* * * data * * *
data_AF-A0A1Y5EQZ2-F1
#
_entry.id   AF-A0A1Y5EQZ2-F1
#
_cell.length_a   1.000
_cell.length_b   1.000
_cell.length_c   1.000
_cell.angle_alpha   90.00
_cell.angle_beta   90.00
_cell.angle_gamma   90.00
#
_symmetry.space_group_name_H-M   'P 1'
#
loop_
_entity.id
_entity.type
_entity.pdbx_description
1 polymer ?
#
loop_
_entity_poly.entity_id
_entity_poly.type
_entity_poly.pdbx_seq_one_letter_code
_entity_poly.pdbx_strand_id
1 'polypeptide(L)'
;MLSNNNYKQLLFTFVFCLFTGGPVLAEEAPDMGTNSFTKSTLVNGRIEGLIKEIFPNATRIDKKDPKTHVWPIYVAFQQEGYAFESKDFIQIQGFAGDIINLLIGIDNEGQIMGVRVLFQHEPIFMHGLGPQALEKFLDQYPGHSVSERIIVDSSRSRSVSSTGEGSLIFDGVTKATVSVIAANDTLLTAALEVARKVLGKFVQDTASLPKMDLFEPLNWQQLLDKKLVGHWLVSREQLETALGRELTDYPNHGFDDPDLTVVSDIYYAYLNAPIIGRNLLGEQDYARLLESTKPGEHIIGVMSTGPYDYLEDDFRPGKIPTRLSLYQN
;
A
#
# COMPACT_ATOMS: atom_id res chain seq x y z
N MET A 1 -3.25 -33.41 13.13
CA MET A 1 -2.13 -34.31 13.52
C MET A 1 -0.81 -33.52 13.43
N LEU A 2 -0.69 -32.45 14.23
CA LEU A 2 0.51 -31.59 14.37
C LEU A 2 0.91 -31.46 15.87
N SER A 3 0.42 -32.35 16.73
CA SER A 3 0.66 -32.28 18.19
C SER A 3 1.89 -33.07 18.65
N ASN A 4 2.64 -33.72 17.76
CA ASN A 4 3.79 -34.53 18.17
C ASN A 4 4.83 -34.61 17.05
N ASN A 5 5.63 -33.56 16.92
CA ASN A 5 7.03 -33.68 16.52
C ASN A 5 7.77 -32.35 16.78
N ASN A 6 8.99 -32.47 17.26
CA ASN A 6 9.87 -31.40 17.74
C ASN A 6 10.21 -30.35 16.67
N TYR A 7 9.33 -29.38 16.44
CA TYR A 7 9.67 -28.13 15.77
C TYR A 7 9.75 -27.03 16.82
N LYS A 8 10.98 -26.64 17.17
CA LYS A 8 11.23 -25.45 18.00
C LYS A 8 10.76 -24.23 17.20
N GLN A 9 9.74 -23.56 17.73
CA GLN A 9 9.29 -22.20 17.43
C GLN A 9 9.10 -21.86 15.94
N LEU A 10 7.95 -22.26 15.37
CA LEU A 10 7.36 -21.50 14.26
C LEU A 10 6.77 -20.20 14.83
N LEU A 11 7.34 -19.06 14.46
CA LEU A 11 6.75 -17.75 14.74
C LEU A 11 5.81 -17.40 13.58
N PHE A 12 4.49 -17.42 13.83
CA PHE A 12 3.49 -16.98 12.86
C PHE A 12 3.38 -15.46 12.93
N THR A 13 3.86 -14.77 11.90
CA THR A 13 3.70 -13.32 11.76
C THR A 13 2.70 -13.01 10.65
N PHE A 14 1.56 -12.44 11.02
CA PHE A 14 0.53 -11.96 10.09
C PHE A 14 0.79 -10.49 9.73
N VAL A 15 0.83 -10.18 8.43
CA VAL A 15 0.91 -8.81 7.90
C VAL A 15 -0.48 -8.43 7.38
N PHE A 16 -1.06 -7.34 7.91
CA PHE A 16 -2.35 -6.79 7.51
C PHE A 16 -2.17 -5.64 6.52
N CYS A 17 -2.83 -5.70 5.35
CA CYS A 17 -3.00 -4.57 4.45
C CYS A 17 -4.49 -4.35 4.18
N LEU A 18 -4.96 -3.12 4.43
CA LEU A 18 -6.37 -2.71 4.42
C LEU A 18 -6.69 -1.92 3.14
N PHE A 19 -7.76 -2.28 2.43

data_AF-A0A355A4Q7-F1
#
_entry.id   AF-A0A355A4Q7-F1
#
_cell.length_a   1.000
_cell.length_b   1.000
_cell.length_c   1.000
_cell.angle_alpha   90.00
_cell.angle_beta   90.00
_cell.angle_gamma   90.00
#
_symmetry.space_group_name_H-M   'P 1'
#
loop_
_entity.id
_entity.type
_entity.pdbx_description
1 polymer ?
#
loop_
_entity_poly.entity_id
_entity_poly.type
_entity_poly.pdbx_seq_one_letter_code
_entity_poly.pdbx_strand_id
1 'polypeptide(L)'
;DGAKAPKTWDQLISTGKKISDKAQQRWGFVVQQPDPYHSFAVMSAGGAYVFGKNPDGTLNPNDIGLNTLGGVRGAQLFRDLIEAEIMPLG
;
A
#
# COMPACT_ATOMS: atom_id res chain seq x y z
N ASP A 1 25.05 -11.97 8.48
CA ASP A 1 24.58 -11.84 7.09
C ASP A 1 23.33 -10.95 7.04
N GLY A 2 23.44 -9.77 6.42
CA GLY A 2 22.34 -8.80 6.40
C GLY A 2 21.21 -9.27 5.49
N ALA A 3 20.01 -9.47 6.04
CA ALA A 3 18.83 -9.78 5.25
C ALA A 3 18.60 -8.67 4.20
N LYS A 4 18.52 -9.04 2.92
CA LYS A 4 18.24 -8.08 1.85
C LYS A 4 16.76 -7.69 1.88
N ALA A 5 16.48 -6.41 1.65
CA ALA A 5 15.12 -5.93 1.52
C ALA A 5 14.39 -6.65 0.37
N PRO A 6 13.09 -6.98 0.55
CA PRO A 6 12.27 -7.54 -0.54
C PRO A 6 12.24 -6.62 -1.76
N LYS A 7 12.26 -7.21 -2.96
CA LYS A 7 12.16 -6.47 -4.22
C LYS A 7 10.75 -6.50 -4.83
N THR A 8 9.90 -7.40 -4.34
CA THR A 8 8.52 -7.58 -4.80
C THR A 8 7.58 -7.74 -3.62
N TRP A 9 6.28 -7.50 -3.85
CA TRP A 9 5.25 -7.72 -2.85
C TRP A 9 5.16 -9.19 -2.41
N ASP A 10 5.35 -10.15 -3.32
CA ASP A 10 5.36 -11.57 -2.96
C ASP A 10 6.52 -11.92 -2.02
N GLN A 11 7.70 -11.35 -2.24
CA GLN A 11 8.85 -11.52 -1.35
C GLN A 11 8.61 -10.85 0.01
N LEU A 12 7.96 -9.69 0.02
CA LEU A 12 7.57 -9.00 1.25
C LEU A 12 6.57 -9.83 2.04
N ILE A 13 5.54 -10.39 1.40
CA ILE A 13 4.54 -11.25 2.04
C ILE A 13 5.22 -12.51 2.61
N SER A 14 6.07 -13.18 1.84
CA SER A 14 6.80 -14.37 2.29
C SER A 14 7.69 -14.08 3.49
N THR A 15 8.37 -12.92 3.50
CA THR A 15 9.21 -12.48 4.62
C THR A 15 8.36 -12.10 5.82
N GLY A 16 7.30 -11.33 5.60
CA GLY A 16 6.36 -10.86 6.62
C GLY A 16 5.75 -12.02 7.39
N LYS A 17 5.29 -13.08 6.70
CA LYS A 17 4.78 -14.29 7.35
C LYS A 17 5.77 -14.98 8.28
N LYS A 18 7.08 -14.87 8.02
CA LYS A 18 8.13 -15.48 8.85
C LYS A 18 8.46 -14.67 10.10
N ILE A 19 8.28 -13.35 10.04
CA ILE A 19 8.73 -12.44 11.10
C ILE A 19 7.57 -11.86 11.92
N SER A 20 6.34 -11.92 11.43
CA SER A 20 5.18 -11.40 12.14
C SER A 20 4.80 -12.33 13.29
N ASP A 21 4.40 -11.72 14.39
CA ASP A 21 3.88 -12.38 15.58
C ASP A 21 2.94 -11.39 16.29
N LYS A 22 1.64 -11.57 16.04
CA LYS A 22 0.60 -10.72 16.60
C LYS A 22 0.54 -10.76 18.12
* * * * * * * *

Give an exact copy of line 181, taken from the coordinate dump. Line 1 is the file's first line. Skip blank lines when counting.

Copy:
C LYS A 22 0.54 -10.76 18.12